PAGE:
Vayeshev: Stories of our ancestors

Vayeshev: Stories of our ancestors

Temple Beth Sholom, Fair Lawn, Conservative

Parashat Vayeshev brings a series of controversial stories. First, Jacob, the father, shows favoritism for one of his children, Joseph. Jacob does this in front of the others! And as a result, the brothers hate Joseph, instead of confronting Jacob for his unjust behavior.

Joseph, disregarding the humiliation he was causing to his brothers, tells his dreams about how they will one day prostrate in front of him.

Joseph’s brothers sell him as a slave and he ends up in Egypt. His brothers deceive Jacob by soaking in blood the colorful dress his father gave him. They let Jacob grieve for Joseph’s death knowing he was still alive!

In the meantime, two sons of Judah were killed by God. Er, his firstborn for misconduct; the second, Onan, for refusing to procreate with his brother’s childless widow, Tamar, to build his deceased’s brother’s house and name. Judah didn’t want to give her his third son, fearing that she is a “black widow” or bad luck. Tamar takes a risk for the Law to be fulfilled and dresses like a harlot and gets Judah (who saw her in the middle of the road and didn’t recognize she was his daughter-in-law) to impregnate her.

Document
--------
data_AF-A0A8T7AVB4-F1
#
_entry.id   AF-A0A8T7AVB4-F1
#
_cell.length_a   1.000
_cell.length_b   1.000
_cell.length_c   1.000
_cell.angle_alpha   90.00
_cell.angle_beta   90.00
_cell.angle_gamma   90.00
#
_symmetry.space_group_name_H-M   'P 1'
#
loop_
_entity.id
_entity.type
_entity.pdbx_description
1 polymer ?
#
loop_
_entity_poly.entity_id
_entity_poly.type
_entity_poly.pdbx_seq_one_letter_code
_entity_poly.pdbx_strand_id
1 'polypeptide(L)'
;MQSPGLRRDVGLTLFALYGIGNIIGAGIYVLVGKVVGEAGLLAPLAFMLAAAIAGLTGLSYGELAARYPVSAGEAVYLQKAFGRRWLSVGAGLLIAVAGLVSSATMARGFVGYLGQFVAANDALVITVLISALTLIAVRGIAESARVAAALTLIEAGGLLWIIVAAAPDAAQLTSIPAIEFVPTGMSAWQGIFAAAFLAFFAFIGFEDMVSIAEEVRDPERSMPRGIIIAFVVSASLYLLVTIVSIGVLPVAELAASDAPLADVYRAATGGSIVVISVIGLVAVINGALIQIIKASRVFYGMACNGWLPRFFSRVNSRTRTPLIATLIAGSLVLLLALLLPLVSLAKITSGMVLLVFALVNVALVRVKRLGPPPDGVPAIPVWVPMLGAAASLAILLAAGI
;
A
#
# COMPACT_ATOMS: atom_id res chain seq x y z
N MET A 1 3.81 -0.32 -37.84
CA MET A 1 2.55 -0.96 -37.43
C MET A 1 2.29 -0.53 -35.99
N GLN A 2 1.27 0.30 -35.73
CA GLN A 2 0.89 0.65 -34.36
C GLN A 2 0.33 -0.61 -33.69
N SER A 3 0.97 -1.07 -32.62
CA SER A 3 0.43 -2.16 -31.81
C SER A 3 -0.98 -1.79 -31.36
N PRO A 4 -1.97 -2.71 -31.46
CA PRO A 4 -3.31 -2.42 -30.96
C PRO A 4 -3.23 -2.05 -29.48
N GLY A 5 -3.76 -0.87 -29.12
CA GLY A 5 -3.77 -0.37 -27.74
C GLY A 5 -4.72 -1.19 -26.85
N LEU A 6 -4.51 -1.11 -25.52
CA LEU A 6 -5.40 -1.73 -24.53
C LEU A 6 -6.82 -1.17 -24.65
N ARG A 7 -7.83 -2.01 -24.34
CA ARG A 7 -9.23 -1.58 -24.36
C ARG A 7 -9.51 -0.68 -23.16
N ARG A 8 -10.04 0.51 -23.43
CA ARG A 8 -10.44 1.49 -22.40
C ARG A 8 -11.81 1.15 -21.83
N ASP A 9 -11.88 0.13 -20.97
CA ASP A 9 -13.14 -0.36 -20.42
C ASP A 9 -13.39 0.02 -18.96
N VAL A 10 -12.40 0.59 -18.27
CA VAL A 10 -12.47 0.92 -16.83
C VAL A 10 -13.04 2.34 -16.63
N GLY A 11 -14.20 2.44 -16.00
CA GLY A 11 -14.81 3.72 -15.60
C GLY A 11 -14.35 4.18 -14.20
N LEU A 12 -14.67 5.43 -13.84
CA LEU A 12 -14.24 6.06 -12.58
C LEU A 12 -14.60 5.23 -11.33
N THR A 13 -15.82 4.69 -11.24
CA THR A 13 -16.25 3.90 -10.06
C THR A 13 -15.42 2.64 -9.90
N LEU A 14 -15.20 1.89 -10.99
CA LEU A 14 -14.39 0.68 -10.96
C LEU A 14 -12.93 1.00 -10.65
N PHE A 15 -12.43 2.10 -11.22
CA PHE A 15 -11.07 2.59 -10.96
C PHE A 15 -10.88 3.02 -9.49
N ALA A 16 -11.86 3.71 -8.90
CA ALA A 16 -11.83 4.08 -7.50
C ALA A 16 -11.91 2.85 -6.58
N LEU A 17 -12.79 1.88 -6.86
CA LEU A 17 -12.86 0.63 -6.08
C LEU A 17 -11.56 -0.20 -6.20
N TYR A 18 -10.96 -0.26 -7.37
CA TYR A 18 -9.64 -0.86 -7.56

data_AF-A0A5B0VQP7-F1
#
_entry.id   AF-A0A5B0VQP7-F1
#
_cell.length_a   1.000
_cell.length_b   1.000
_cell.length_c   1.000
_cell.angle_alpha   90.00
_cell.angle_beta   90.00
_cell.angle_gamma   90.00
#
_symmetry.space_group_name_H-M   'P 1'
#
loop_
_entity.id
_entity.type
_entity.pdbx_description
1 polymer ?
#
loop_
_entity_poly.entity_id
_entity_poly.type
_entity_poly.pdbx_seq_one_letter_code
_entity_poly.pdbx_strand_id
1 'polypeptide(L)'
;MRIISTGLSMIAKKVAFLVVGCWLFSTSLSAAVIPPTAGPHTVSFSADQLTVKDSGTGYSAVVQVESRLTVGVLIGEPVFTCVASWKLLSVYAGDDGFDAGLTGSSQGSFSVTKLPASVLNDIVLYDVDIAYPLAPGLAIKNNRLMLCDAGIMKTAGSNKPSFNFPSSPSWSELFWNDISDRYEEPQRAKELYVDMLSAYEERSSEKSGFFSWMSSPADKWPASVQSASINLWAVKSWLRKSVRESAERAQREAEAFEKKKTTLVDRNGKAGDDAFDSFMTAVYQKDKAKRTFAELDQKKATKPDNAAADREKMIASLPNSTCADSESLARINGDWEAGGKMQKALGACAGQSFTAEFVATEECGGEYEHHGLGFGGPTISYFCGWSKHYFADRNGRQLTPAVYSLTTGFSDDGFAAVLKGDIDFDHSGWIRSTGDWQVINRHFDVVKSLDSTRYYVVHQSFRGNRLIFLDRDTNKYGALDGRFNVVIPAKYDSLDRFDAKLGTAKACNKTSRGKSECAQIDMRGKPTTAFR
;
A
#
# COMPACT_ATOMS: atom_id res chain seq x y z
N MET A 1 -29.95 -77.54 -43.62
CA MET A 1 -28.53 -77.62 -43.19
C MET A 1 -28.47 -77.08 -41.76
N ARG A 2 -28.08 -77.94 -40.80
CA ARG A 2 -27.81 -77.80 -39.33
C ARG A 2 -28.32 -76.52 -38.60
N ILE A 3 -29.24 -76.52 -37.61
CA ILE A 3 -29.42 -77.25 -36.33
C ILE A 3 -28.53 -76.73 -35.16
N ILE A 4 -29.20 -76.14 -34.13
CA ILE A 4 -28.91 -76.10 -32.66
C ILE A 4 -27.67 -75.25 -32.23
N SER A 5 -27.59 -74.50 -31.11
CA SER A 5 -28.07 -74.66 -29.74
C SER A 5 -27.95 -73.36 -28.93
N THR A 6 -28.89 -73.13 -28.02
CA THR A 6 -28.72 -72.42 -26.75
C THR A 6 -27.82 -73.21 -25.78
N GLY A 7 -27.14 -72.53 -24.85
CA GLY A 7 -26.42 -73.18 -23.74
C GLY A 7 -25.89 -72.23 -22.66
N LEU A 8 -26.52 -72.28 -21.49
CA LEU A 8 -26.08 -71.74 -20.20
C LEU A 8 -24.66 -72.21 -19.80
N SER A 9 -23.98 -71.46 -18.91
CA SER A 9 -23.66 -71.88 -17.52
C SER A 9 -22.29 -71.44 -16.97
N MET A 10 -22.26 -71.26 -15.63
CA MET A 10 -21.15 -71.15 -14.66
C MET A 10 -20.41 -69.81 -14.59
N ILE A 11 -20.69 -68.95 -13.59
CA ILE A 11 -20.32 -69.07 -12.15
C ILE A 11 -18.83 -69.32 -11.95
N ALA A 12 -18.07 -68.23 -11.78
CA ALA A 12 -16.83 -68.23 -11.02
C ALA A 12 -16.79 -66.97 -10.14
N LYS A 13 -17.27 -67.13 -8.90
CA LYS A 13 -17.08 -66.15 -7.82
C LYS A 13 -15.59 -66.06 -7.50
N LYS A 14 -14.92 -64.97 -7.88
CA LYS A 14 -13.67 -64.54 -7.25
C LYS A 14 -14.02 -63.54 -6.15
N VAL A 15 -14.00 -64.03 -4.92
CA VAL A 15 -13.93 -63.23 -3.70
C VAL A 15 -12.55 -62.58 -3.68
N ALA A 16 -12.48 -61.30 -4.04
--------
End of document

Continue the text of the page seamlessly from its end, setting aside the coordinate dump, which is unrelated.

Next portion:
Judah left some items with her as security for payment. When Tamar is discovered to be pregnant, Judah orders that she be killed by fire. She shows him the items he left with her as security and he acknowledges his wrongdoings while praising her for her rightness.

Joseph, now at the house of a high-ranked officer of the kingdom, is accused of sexual misconduct towards the lady of the house and ends up in jail were he learns the value of humility and the danger of arrogance.

After this brief introduction to the stories of our Torah portion, I can only say: “What a family! Are these my ancestors? And is there anything positive to learn from this parasha?”

The Torah is not a book of history. It is a book about life according to a set of values and regulations, with the intention of building a just and moral society. The stories in our parasha teach us the good and the bad: how to behave justly and how to avoid behavior that is wrong.

Jacob’s favoritism for Joseph initiated a chain of events ending with the Israelites enslaved in Egypt. We learn that hate and jealousy can lead to murder, torture, and the violation of human rights.

On the other hand , Tamar’s righteousness and love for justice initiated the family that later (and thanks to another great woman, Ruth) became King David’s dynasty, bringing the Mashiach to the world.

And Judah, accepting the responsibility of his actions and praising Tamar for her bravery, becomes the father of one of the tribes that will pass his name to the entire Hebrew nation: Jews (JUD’os in Spanish). It’s no wonder that the Jews were and will be the first ones to support every cause that fights for human rights around the world.

When we understand that the Torah doesn’t have saints and that our ancestors were human beings, with their flaws and grandeur, we can enjoy the stories that shape us, and through us the culture of the Western World in the pursuit to build a just and better society every day.

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